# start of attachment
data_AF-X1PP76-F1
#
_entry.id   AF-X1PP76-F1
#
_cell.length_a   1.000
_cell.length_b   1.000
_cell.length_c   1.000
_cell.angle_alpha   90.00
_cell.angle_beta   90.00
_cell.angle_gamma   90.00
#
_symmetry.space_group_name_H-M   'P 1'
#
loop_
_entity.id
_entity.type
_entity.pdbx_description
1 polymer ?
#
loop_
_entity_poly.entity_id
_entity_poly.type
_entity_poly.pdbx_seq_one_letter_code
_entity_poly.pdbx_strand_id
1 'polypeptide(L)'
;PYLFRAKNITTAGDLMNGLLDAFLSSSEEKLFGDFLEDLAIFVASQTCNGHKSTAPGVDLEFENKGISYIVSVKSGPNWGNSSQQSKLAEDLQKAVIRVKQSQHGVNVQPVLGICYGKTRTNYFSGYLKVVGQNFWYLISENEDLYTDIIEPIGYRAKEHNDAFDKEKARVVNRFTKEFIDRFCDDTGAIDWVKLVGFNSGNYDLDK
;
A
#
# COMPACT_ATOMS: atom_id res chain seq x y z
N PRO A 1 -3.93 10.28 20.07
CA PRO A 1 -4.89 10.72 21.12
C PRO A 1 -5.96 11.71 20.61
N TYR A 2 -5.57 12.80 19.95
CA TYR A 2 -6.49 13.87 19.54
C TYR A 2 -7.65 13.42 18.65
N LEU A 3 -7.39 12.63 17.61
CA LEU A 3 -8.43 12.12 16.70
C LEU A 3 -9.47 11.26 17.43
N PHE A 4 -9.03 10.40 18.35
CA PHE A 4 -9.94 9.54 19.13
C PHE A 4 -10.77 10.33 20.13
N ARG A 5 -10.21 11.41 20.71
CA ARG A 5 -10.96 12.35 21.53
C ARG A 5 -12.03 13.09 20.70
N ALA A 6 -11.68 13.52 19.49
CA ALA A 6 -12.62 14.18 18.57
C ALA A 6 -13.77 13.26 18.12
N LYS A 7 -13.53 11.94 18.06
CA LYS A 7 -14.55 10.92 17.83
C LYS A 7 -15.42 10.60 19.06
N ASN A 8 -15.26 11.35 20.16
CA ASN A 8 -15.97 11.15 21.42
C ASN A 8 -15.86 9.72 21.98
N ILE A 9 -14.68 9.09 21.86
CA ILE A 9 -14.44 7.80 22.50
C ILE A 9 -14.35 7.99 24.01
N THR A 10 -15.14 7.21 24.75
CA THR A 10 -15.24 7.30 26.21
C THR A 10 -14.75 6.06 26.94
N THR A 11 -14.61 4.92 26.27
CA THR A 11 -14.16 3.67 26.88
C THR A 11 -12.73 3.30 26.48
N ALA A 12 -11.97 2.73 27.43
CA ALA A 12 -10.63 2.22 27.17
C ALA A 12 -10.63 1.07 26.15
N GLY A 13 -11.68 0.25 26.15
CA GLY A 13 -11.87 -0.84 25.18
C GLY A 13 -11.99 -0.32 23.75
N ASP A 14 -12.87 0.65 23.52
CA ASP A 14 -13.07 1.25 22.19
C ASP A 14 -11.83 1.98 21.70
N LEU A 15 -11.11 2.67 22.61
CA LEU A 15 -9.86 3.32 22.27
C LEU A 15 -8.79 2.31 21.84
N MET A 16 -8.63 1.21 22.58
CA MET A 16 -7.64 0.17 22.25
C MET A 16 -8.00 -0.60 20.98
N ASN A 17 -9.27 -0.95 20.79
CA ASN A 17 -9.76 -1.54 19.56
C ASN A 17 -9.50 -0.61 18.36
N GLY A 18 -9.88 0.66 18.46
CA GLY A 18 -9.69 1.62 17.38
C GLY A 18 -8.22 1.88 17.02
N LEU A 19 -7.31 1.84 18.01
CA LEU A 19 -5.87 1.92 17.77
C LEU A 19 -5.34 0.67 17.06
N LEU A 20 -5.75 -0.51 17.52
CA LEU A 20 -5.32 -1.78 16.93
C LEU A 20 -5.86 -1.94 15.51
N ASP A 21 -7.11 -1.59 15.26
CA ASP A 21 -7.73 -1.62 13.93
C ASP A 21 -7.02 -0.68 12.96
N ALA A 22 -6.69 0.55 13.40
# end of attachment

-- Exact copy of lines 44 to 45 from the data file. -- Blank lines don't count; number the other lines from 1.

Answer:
CA ARG A 5 -10.96 12.35 21.53
C ARG A 5 -12.03 13.09 20.70